AnyFucker Mon 18-Mar-13 21:44:09


Couples counselling will only work if both partners are equally invested. A complete waste of time if one partner is not cooperating.

SolidGoldBrass Mon 18-Mar-13 22:15:40

Angel: Another thing to consider might be that your relative calmness now your body and your subconscious recognising that, actually, you're well shot of him. If he's been selfish and lazy for a long time, life will actually be more pleasant without him around, once the first shock is over.

angel1976 Mon 18-Mar-13 22:41:14

Yes SGB, I hear you. My DCs love their dad of course but they are more used to him NOT being around than around. I have thought that him being a lone parent might actually make him step up a bit more but it's all a bit sad if it all comes down to that right? I know that him living here or not marks a big fundamental change and also the boys having a new home to are BIG changes but ultimately 95% of their day-to-day life will remain unchanged. We are at the moment committed to doing our best for them, which means school, routine etc will remain unchanged while we cross uncharted territories but I admit some part of me is relieved that I no longer feel sick to the stomach wondering what selfish stunt the twit will come up with next. I am so so DONE with him. But a part of me will grieve for the DH I thought I had and the happy ending we all want regardless.

badinage Mon 18-Mar-13 23:01:41

Yes, you see women say repeatedly on here and in RL "I don't know why I put up with it for so long. Ultimately he did me a favour, because I'm much happier now" and those who go on to make partnerships with better men cannot believe the contrast with their former lives. It's so encouraging that you're seeing this latest turn of events as part of a pattern of selfish, entitled behaviour, Angel. This didn't happen out of the blue and IMO, it never does. It's a really good lesson to take into future relationships that there is a link between laziness and selfishness - and infidelity.

If you've got a good rapport with your counsellor and faith in her, that's brilliant. As you say, no counsellor can force the truth out of someone, or engagement from someone who's got one foot out of the door. Looking on the positive side, maybe her searching questions made him realise that he couldn't continue the charade any longer.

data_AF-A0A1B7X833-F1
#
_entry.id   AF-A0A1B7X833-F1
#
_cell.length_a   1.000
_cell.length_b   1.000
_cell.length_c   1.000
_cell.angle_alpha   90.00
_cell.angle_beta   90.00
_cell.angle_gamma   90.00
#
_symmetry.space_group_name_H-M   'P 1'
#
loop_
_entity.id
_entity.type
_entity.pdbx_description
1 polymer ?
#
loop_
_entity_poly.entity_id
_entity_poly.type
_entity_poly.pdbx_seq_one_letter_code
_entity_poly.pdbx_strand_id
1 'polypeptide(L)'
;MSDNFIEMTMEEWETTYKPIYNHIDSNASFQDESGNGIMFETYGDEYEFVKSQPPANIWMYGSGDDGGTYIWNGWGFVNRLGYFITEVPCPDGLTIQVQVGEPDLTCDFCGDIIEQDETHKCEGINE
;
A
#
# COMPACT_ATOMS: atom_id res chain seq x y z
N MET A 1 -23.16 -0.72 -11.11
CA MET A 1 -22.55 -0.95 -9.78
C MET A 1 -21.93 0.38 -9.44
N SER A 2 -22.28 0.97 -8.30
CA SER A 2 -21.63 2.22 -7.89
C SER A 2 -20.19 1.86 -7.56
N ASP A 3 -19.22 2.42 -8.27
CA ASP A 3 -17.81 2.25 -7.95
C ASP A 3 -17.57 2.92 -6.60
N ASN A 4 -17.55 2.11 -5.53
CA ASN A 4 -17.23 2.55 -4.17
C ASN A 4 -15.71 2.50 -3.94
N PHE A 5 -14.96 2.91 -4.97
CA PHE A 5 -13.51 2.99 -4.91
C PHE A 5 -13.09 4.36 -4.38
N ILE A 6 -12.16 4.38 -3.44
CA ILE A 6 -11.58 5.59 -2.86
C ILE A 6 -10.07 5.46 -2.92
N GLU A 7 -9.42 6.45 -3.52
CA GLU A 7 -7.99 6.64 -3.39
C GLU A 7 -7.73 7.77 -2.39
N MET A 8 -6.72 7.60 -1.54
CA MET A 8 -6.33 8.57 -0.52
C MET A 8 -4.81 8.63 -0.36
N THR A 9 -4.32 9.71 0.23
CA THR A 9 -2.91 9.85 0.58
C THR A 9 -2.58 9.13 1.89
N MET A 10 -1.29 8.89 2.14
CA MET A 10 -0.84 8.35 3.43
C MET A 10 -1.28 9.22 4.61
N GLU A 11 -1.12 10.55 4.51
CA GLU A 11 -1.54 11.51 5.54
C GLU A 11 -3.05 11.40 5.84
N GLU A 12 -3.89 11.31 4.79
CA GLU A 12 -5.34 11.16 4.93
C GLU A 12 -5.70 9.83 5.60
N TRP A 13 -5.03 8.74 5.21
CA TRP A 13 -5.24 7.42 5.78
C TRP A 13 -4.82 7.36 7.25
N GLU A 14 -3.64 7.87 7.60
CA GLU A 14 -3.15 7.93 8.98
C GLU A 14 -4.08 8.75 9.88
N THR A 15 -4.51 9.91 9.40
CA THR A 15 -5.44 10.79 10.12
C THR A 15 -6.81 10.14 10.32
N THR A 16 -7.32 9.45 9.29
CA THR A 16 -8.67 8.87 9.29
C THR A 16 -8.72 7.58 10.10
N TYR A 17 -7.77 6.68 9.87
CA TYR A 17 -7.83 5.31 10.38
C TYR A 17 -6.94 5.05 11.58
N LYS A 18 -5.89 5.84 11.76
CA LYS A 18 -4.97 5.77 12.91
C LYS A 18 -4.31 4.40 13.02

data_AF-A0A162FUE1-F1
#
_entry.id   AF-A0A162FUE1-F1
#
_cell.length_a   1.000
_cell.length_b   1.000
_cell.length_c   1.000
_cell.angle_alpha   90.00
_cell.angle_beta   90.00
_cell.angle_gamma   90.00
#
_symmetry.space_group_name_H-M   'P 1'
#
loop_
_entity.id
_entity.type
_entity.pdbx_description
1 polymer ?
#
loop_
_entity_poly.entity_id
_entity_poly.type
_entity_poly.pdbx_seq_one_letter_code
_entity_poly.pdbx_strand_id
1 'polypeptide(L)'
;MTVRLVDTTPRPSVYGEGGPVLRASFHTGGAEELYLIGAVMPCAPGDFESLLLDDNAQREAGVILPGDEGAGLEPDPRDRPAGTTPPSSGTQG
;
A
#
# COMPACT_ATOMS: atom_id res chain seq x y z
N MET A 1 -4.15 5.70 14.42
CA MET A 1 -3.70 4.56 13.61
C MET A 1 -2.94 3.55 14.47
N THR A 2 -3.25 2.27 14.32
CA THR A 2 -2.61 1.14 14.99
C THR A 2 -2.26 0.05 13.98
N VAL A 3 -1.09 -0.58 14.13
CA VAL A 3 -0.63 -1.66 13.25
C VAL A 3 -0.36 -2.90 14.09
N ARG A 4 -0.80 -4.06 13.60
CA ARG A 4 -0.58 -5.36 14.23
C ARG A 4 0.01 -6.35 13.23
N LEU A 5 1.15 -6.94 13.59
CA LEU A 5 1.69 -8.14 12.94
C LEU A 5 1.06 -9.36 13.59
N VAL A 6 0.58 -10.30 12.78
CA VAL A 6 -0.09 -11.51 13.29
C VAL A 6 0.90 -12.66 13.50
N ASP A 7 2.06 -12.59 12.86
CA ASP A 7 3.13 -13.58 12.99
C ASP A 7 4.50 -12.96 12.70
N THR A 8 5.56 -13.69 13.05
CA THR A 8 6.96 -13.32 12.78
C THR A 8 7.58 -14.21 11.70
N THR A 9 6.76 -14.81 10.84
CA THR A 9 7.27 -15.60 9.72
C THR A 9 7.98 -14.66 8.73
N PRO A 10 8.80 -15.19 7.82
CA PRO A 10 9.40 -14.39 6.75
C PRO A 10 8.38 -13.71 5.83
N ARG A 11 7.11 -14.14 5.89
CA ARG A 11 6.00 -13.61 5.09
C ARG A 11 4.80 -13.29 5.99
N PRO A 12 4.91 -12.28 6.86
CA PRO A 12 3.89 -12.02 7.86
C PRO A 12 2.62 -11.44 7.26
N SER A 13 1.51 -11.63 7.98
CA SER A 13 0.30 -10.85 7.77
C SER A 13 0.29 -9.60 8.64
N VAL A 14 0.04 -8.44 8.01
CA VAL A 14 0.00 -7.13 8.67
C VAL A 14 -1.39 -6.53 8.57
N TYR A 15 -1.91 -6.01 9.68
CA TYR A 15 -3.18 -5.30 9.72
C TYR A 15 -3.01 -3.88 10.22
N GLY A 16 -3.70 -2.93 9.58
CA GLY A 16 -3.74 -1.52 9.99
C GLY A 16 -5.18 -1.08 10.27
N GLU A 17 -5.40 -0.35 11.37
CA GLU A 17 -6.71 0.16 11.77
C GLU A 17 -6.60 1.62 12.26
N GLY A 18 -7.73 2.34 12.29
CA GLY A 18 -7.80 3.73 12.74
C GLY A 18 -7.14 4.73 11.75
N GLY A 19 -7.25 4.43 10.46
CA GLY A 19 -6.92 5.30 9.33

How were things between you before he started working with this woman? Did he tell you he was unhappy before he met her? Had you even heard of her before he dropped this bombshell?

angel1976 Tue 19-Mar-13 07:53:47

Bad I do admit when I thought we were going through a bad patch probably about a year ago, I did think 'Gosh, I wish you would bloody leave as you add nothing to this family except financially.' But of course, I never thought about properly leaving as it just wasn't the done thing and I thought my family/marriage was for life. DH has always been selfish, no doubt about it. Even his mum admits that and wonder if she and FIL did anything to perpetuate that. I do wonder why I never saw it before. When we first started going out, living together and got married. I suppose the selfishness in his behaviour didn't really show till he became a father and he withdrew more into work and its associated activities but had always been generous with his cash (which I suppose I took as generosity overall! How wrong was I?). Anyway, I am done with analysing... One of my friends said to me, "Stop thinking about what you did wrong. It's nothing you did, don't be stupid. He did this, not you."

No, he never told me he was unhappy. Which is why everyone is shocked that he has made the decision to leave so quickly after he told me he was unhappy. We met up with his best friend and family in January, we had a great day out with the children, having fun and planning our Christmas holiday in December. His best friend said to me he just cannot contemplate how he made that leap from happy families to leaving in under 2 months. I told him his head's been turned and that's all he's thinking about. As for OW, nope, never heard of her before the 'bombshell'. I will admit out marriage was under stress and I wasn't totally happy either but I figured the DCs are growing up, they will need less energy and input from us and then we can work on us but hey, never got the chance... That's a lesson learned there I suppose.

badinage Tue 19-Mar-13 13:14:45

Your friend's right about it being pointless to analyse what you did wrong, because it very likely has got nothing to do with you personally.

What particular lesson learned were you referring to?